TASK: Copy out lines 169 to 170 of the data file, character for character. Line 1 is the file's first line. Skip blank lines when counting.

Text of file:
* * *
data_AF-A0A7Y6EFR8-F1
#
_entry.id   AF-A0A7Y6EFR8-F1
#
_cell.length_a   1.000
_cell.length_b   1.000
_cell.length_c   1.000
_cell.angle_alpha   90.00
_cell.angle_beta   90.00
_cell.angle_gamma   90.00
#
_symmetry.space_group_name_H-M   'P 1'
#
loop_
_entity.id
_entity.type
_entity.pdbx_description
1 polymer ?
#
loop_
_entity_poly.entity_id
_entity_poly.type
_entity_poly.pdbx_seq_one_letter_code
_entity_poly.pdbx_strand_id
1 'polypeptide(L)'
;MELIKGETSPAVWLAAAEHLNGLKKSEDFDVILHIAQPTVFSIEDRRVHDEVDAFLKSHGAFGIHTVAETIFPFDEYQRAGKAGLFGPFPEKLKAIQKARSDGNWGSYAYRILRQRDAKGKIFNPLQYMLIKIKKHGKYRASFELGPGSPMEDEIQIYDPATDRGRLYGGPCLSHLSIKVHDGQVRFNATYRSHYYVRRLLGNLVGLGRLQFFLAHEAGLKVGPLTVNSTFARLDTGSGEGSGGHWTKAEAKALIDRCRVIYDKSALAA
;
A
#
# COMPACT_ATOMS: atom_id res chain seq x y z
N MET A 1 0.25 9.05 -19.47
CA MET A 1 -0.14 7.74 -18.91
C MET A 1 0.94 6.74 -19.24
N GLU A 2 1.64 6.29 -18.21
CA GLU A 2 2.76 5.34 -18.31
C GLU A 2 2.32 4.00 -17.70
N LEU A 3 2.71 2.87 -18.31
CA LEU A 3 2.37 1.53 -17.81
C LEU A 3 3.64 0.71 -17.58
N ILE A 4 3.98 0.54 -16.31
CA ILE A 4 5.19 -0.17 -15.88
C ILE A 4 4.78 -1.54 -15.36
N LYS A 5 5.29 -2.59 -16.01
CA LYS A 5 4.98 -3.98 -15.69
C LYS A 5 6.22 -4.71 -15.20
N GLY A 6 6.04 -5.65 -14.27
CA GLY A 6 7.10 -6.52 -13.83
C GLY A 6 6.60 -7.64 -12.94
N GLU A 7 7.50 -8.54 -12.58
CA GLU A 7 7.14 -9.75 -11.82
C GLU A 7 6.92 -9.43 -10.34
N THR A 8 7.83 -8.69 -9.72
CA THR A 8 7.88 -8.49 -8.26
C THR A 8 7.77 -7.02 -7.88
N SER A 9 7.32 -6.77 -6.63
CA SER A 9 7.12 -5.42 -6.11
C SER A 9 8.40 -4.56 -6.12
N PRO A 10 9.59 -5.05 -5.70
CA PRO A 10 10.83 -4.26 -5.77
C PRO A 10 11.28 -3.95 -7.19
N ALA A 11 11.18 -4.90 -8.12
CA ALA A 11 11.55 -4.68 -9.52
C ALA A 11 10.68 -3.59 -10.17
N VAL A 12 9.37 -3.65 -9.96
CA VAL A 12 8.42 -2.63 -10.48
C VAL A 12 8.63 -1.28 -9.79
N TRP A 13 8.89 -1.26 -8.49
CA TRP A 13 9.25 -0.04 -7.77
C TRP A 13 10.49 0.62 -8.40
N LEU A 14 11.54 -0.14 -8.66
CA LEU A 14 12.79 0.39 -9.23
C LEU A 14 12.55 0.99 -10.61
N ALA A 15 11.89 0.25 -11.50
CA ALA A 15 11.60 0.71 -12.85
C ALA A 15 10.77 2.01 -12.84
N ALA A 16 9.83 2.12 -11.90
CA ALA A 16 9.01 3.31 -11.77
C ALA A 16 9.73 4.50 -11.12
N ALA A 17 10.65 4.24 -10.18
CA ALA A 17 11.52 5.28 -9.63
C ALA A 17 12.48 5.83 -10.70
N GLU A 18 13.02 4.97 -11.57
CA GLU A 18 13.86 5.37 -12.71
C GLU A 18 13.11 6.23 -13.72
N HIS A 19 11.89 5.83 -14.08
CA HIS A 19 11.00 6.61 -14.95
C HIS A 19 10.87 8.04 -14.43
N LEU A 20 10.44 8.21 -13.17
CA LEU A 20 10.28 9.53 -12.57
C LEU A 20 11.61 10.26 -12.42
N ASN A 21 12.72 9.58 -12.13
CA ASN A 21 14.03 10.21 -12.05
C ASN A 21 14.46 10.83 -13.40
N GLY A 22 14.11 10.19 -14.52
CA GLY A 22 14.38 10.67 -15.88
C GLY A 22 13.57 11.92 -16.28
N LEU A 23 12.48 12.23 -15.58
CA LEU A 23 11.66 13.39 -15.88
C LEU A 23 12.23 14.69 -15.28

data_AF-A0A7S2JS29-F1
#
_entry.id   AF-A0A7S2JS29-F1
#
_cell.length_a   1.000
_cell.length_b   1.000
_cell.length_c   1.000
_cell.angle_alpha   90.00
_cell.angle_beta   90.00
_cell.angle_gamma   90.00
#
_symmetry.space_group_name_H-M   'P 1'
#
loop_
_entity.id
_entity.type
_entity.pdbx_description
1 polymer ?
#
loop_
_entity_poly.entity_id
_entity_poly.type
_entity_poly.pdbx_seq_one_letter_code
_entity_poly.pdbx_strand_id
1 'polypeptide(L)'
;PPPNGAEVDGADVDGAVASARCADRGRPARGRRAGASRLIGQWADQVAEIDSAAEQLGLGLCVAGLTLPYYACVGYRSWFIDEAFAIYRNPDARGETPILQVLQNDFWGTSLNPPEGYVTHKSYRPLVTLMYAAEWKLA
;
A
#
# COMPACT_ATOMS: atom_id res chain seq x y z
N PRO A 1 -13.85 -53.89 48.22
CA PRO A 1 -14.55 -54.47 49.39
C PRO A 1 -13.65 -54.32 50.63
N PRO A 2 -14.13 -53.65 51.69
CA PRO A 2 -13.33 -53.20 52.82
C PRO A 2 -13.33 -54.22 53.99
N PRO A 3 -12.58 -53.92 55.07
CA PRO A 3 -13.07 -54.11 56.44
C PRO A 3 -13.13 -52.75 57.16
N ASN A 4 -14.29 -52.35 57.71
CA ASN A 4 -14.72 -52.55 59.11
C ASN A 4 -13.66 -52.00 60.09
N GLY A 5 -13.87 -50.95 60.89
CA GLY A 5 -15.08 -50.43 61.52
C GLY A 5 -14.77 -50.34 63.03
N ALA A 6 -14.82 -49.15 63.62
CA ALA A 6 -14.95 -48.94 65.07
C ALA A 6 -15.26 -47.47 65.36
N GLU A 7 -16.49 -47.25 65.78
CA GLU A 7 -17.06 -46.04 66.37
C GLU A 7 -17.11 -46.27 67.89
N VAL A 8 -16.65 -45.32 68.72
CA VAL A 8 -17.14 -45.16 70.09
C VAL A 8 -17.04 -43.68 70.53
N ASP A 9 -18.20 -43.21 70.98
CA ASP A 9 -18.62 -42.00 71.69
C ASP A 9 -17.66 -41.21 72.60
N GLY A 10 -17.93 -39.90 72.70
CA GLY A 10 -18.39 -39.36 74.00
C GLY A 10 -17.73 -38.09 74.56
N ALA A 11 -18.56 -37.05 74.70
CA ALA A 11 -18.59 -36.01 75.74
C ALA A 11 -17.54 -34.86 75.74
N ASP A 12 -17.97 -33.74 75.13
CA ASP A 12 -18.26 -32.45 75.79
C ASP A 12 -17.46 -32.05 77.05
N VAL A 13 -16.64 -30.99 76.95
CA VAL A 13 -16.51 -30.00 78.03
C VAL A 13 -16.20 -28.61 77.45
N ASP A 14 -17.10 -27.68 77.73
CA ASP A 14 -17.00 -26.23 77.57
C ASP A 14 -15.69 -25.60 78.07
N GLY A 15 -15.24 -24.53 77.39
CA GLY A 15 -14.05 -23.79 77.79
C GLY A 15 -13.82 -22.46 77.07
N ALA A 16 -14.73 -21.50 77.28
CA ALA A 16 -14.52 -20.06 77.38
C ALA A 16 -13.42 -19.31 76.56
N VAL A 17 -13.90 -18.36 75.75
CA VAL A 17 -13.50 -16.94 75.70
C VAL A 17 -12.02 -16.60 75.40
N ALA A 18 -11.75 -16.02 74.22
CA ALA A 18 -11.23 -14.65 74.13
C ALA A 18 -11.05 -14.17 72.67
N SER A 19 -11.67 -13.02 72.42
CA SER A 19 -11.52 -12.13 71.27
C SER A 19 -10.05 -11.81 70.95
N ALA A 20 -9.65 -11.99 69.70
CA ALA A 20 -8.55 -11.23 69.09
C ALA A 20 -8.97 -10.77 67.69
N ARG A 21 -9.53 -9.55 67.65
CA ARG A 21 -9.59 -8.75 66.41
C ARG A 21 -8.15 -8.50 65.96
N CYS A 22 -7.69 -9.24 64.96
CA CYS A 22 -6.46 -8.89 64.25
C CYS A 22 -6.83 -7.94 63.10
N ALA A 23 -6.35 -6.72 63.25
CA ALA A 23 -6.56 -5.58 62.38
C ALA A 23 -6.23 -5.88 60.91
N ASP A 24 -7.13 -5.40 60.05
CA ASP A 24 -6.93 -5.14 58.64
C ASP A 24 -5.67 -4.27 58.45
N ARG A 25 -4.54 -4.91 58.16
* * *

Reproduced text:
N ASP A 14 -17.10 -27.68 77.73
CA ASP A 14 -17.00 -26.23 77.57